Robert W. Creamer was a writer and editor for Sports Illustrated for 30 years.

The past dominates this year's best sports books. When Pride Still Mattered, by David Maraniss (Simon & Schuster), is a fascinating study of legendary football coach Vince Lombardi and his hold on America's imagination. Roger Kahn's A Flame of Pure Fire (Harcourt Brace) is an intelligent look at heavyweight champion Jack Dempsey and the tumultuous 1920s. The original Baltimore Orioles, the "Old Orioles" of the 1890s, are colorfully described by Burt Solomon in Where They Ain't (Free Press). Closer to today is a wry, amusing memoir called This Copyrighted Broadcast (Woodford), by Hank Greenwald, the San Francisco Giants' longtime play-by-play announcer, who, when told to abbreviate a broadcast from Pittsburgh's Three Rivers Stadium, shortened the stadium's name to Two Rivers.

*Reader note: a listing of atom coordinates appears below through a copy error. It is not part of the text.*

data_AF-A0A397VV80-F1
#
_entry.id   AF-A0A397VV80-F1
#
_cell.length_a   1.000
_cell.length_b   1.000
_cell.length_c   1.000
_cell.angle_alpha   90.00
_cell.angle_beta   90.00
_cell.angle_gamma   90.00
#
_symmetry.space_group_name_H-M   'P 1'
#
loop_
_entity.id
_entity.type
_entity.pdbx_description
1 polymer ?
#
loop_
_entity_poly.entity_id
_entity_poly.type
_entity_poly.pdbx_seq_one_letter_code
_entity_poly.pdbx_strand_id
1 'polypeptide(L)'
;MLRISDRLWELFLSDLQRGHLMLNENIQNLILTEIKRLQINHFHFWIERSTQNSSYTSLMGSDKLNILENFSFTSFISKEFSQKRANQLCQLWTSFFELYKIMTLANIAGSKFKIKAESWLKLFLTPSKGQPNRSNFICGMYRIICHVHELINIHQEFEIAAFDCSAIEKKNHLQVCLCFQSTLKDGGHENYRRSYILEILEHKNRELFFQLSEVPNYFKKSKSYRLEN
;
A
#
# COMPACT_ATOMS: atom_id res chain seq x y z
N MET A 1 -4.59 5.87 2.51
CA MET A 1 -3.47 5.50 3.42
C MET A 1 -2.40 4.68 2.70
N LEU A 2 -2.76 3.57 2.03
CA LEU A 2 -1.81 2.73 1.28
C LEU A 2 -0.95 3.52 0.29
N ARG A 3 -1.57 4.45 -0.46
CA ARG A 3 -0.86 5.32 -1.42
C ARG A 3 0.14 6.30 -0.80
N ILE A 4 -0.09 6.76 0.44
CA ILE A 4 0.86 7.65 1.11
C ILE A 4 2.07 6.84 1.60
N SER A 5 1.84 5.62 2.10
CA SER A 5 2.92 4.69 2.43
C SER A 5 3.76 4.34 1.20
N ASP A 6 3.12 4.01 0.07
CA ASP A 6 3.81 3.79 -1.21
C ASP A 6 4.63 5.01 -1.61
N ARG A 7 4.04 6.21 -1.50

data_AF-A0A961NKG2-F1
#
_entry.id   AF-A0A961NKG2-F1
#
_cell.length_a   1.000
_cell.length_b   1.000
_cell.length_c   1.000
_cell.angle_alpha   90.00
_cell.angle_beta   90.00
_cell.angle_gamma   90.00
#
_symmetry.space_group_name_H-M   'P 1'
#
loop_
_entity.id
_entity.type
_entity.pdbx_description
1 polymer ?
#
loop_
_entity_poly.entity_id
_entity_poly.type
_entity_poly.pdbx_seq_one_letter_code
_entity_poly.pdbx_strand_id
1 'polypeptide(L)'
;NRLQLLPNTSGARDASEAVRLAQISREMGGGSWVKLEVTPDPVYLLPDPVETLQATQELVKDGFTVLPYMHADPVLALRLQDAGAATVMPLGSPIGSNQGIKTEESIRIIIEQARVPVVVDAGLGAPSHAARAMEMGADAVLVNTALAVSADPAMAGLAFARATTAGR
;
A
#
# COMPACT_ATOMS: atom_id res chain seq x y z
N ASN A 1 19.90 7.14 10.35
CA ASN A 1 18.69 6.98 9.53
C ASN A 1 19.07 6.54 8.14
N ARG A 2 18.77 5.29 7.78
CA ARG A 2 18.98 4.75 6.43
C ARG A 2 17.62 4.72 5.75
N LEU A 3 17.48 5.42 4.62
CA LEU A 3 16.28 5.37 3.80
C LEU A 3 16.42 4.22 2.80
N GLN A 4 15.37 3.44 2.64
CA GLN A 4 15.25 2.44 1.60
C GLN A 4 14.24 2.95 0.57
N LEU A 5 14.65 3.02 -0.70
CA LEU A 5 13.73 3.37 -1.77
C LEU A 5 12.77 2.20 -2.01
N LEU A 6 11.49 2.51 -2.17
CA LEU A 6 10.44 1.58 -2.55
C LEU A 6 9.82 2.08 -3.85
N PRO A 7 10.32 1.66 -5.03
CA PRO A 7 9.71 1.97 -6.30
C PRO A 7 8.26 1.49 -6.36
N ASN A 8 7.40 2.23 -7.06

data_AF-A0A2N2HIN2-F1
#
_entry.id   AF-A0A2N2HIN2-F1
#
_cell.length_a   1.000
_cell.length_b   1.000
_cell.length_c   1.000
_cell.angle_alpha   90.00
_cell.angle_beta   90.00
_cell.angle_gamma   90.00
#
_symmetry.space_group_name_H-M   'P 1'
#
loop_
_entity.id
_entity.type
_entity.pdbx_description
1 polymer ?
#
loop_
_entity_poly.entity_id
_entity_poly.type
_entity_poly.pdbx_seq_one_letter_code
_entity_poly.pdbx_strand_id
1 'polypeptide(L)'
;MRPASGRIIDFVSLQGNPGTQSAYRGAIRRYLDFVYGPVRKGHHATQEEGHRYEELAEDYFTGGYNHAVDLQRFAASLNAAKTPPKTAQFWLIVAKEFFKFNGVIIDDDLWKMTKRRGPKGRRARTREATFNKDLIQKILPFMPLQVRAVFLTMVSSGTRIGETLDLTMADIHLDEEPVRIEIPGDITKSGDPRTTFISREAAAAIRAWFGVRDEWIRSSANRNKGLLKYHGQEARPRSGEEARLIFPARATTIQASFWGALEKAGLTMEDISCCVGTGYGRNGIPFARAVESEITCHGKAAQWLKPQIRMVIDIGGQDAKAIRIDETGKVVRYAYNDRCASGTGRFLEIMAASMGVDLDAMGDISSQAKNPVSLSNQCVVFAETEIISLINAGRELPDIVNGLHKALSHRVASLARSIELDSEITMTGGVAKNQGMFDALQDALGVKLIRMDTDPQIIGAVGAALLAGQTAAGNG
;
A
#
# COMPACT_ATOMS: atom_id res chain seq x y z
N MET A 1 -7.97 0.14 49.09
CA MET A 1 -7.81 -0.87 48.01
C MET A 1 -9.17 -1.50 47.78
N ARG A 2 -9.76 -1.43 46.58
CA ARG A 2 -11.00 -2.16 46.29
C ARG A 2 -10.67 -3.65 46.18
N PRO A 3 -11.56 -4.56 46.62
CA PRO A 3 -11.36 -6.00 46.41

Judge and Jury, by David Pietrusza (Diamond Communications), a lengthy biography of Judge Kenesaw Mountain Landis, baseball's first commissioner, has been called "exhaustive and exhausting but essential" to an understanding of the problems that beset big league baseball, from the Black Sox Scandal of 1919 to the arrival of Jackie Robinson. A stunning publication is The Barry Halper Collection of Baseball Memorabilia (Sotheby's), the catalogue for the multimillion-dollar auction of material that Halper, a part-owner of the New York Yankees, amassed in nearly 50 years of collecting. The three-volume boxed set includes more than 800 pages of photographs, most in color. Admirable, too, is John Thorn's Treasures of Baseball's Hall of Fame (Villard). In urbane, entertaining prose, Thorn guides you through David Jordano's fine photographs of the artifacts squirreled away in Cooperstown and, in doing so, illuminates baseball history.